Lahore has shaped and moulded me says Iram Zia

Malik Omaid


“I have been in the field of design education for almost 23 years now. I was born, brought up, educated, and married in Lahore. I live here and eventually whenever that is, hope to die here too. I feel Lahore has shaped and moulded me into what I am today. Data Darbar, Mian Mir Sahab’s Mazaar, Bibi Pak Daman, Mela Chiraghaan, Masjid Wazir Khan’s tiled decoration, Maryam Zamani mosque’s frescoes, Taaveez Dhaagay on different mausoleums around Lahore, hence my thread and Taweez collection of various motif and design all speak profoundly of the cultural and the socio-political concerns that are owned and celebrated in my works. Shahi Qila’s Haathi darwaza, the old city with all its enclosed gardens and alleys, colonial buildings on the mall, Shalamar Bagh’s picture wall, Alhamra by Nayyar Ali Dada, Lahore Museum, National College of Arts, popular Punjabi food, the cinema hoardings that I experienced when going to school on a Tonga, the trucks and the colorful imagery ….these are all part of my being. This imagery constantly informs my work. The basant that we have lost, how we no longer can accept and appreciate diversity is an ongoing tragedy for me, I am constantly incorporating these in my works through metal, stones and cloth.”

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One response to “Lahore has shaped and moulded me says Iram Zia

  1. You are not the only crazy lover of Lahore. I was born and raised here, Received my early education and then went aboard, did my engineering and employment in different countries. Got married to an educated girl from the Walled City. Again traveled a lot together, our children are from different countries. The whole family traveled and used to visit Lahore every now and then.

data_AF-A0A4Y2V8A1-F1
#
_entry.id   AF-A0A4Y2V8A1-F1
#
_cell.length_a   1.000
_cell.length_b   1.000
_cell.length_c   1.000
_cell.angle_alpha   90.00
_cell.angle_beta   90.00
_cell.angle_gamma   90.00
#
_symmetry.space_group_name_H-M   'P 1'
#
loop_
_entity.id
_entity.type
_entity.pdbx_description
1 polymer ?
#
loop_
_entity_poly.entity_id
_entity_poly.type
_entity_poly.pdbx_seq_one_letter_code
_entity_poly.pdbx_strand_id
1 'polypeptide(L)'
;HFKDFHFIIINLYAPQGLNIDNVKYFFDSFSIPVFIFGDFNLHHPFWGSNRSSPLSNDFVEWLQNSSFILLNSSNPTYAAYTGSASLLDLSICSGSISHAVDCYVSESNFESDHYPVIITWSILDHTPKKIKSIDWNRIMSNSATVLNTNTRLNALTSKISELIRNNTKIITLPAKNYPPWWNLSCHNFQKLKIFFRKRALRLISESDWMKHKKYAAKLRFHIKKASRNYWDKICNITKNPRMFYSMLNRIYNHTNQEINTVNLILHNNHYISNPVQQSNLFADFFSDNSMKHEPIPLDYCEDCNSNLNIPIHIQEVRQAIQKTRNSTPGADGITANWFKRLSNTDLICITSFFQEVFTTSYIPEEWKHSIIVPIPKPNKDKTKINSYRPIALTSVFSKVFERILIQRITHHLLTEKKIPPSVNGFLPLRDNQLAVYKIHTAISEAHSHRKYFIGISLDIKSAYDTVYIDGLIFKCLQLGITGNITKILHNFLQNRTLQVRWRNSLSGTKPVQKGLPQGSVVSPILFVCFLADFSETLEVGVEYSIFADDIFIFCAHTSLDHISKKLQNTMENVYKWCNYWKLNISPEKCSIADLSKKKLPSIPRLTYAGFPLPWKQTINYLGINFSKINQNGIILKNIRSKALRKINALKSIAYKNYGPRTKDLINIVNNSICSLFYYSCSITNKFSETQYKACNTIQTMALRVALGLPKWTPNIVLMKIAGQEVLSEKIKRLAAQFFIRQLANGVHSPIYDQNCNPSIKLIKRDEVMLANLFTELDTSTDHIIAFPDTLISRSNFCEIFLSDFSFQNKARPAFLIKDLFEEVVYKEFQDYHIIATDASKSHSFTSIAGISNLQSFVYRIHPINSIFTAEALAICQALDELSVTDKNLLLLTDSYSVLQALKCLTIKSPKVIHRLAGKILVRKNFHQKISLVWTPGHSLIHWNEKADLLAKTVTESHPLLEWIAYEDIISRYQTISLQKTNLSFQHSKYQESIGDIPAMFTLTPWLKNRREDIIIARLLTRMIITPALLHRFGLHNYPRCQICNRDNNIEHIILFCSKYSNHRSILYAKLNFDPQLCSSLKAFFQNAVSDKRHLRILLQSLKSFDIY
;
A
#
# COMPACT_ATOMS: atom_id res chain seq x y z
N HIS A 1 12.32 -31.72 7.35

My travels and lucrative life style of living and working abroad could not erode my love for Lahore, its Bassant and other Meelas plus happy go lucky easy going attitude of Lahori culture.
    I had a great desire that my children should be raised and get their early education in Lahore and be proud of belonging to Lahore and its rich culture where every Street / Bazaar corner has a long history and they should have their roots in Lahore.
    At the prime of my carrier I relocated to Lahore and I am one of those very fortunate Lahoris who got well set and established in Lahore. Except for the early hiccups and settling in problems, the children have their roots here.
    The thing that bothers me and makes me cry with pain is the that when I see Walled City’s old houses getting replaced by Markets and ugly concrete structures.
    Now, there are more Afghanis and Pathans in old Lahore than native Lahoris. The spoken language of Walled City is rapidly changing from Lahori Punjabi by Pashto.
    The only way we can halt this slide is to de-commercialize the Walled City like it was planned at one time back in late fifties; Akbari Mandi was to be relocated to Badami Bagh where Cars Spares Parts Market is now established. Only a few dealers of rock salt moved from Akbari Mandi to the new location and no one else moved. I assume those few who relocated then may have moved back to their original shops?

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